「おじいちゃんのだいじ」 (Precious to Grandpa)
“Ojii-san no Daiji”
The opening scene here confirms again how mature Rin is for her age. I mean, she wakes up early and puts clothes in laundry, washes her face, flips the calendar and waters the plants (her tree to be exact). Maybe I was just a brat, but I’m pretty sure I couldn’t do all that without being told when I was younger, and admittedly even now some of it still holds over as lazy habits. Given the age difference, it’s ironic comparing her with the slob that Daikichi is, though as a single working-age guy he is fairly normal in that respect. Rin has actually opened up quite a bit since Daikichi met her at the funeral, and from her responses to things, she seems to have become quite emotionally mature too. She also suddenly manages to figure out that if her father is Daikichi’s grandfather, then Daikichi’s mother would be her sister. Truly it is impossible to hide things from kids as they know more than they let off, always managing to catch exactly what you’re trying to avoid. Luckily for Daikichi, Rin doesn’t press the issue, but I’m sure similar questions will continue to rise in the future.
With the Obon festival coming up, they visit Souichi’s grave, and Daikichi realizes that Masako has been there as well. After acting like some creepy stalker, he meets with her and offers her a chance to look at Rin, adding to my belief that he really is a considerate person, often in unexpected ways. As for Rin’s mother herself, it’s undeniable being a mangaka can be hectic and stressful, and in addition Masako is a weak-willed person – often unsure of what to do and chronically nervous. She’s clearly harboring some regrets and misses Souichi as well, but like Daikichi, I’m not sure what to make of her or her boyfriend. Masako’s situation is understandably complex, and though she shouldn’t have left her child like that, judging her as a bad person just through those lens is also unfair.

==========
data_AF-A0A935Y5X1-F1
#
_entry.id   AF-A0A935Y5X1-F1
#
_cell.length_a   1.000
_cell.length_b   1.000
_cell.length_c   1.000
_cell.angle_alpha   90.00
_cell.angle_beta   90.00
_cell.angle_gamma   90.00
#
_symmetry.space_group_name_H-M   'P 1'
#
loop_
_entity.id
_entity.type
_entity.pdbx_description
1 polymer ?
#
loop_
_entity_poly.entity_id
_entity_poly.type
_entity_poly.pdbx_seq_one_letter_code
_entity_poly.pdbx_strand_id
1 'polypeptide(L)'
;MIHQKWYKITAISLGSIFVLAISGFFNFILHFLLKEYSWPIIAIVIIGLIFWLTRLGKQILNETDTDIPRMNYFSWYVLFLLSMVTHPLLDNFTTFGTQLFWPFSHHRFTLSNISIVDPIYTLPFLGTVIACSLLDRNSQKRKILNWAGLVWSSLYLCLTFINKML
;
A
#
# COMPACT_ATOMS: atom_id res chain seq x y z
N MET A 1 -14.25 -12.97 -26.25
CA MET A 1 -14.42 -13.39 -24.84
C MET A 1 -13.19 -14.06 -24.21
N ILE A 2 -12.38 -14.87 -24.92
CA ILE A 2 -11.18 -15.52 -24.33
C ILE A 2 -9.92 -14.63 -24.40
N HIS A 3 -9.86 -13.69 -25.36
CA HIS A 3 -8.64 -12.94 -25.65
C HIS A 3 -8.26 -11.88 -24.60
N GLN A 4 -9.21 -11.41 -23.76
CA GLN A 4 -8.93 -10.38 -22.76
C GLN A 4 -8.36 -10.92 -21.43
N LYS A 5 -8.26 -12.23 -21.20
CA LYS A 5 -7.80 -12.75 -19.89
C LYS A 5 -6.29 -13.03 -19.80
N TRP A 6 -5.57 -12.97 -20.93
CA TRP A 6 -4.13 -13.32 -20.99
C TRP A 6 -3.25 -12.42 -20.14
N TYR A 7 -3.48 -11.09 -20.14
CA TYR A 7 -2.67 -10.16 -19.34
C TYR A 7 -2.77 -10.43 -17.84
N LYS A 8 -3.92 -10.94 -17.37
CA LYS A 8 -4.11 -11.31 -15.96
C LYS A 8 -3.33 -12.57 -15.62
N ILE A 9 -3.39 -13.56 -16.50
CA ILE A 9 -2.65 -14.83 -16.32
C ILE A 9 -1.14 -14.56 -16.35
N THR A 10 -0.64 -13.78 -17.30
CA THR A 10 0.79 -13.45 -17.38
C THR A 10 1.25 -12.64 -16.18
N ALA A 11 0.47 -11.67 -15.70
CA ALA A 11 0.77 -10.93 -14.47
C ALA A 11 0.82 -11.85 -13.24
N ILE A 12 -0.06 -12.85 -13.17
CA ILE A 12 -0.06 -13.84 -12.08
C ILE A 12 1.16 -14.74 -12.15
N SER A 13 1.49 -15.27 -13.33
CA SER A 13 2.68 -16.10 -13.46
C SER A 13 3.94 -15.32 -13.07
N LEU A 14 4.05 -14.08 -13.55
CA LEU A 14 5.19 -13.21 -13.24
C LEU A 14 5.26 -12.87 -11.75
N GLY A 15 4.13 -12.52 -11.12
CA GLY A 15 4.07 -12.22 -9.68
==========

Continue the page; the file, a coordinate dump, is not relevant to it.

Putting her drama aside, there are plenty d’aww moments involving Rin as always, making their interactions a treat to watch. I’ve said it before, but the calm, peaceful BGM adds a lot to the tranquil mood of the show and the hand-drawn feel/watercolor tone, especially in the opening scene, also adds to that feeling. We are now about two-thirds through the adaption, and signs of the oft-mentioned controversial manga ending haven’t shown up yet, but for now I’m still highly enjoying this slow-paced, light-hearted slice of life.
Side Note: If you haven’t noticed already, the OP and ED sequences have been subtly changing each episode, and this week’s ED also included some scenes from the anime.